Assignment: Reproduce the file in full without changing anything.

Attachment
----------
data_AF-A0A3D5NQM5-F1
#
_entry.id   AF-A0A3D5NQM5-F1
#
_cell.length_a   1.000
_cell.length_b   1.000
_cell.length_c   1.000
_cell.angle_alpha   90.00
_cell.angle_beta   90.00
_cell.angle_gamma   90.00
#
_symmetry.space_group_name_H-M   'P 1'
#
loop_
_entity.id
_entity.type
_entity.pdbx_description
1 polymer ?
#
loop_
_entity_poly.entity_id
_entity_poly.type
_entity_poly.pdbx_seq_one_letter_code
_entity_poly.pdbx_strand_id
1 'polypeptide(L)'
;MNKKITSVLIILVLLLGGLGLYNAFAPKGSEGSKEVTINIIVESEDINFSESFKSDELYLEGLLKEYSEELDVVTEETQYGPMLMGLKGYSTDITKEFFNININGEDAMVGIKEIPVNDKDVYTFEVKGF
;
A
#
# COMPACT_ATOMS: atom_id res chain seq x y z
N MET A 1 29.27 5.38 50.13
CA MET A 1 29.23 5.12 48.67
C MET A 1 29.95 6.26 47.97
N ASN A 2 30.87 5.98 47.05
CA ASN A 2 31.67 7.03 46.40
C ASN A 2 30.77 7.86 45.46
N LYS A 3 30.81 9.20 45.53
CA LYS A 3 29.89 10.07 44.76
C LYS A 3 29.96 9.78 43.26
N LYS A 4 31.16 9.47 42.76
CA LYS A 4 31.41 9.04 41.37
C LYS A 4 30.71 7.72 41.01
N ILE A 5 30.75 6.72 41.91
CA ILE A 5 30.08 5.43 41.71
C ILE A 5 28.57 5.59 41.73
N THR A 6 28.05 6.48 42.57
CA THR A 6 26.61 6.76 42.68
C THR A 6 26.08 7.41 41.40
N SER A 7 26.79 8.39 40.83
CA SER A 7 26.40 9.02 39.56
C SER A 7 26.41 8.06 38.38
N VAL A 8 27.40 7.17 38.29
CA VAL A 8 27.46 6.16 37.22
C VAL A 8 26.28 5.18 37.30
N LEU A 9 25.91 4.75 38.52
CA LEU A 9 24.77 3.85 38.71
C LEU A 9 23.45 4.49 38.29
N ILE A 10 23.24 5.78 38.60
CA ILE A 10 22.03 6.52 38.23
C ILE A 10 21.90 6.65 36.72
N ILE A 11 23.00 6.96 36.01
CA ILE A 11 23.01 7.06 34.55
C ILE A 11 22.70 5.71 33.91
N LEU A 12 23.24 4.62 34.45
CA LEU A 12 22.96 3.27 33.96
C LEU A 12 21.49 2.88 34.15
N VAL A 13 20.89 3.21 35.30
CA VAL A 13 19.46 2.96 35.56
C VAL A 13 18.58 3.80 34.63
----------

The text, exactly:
data_AF-A0A3D5NQM5-F1
#
_entry.id   AF-A0A3D5NQM5-F1
#
_cell.length_a   1.000
_cell.length_b   1.000
_cell.length_c   1.000
_cell.angle_alpha   90.00
_cell.angle_beta   90.00
_cell.angle_gamma   90.00
#
_symmetry.space_group_name_H-M   'P 1'
#
loop_
_entity.id
_entity.type
_entity.pdbx_description
1 polymer ?
#
loop_
_entity_poly.entity_id
_entity_poly.type
_entity_poly.pdbx_seq_one_letter_code
_entity_poly.pdbx_strand_id
1 'polypeptide(L)'
;MNKKITSVLIILVLLLGGLGLYNAFAPKGSEGSKEVTINIIVESEDINFSESFKSDELYLEGLLKEYSEELDVVTEETQYGPMLMGLKGYSTDITKEFFNININGEDAMVGIKEIPVNDKDVYTFEVKGF
;
A
#
# COMPACT_ATOMS: atom_id res chain seq x y z
N MET A 1 29.27 5.38 50.13
CA MET A 1 29.23 5.12 48.67
C MET A 1 29.95 6.26 47.97
N ASN A 2 30.87 5.98 47.05
CA ASN A 2 31.67 7.03 46.40
C ASN A 2 30.77 7.86 45.46
N LYS A 3 30.81 9.20 45.53
CA LYS A 3 29.89 10.07 44.76
C LYS A 3 29.96 9.78 43.26
N LYS A 4 31.16 9.47 42.76
CA LYS A 4 31.41 9.04 41.37
C LYS A 4 30.71 7.72 41.01
N ILE A 5 30.75 6.72 41.91
CA ILE A 5 30.08 5.43 41.71
C ILE A 5 28.57 5.59 41.73
N THR A 6 28.05 6.48 42.57
CA THR A 6 26.61 6.76 42.68
C THR A 6 26.08 7.41 41.40
N SER A 7 26.79 8.39 40.83
CA SER A 7 26.40 9.02 39.56
C SER A 7 26.41 8.06 38.38
N VAL A 8 27.40 7.17 38.29
CA VAL A 8 27.46 6.16 37.22
C VAL A 8 26.28 5.18 37.30
N LEU A 9 25.91 4.75 38.52
CA LEU A 9 24.77 3.85 38.71
C LEU A 9 23.45 4.49 38.29
N ILE A 10 23.24 5.78 38.60
CA ILE A 10 22.03 6.52 38.23
C ILE A 10 21.90 6.65 36.72
N ILE A 11 23.00 6.96 36.01
CA ILE A 11 23.01 7.06 34.55
C ILE A 11 22.70 5.71 33.91
N LEU A 12 23.24 4.62 34.45
CA LEU A 12 22.96 3.27 33.96
C LEU A 12 21.49 2.88 34.15
N VAL A 13 20.89 3.21 35.30
CA VAL A 13 19.46 2.96 35.56
C VAL A 13 18.58 3.80 34.63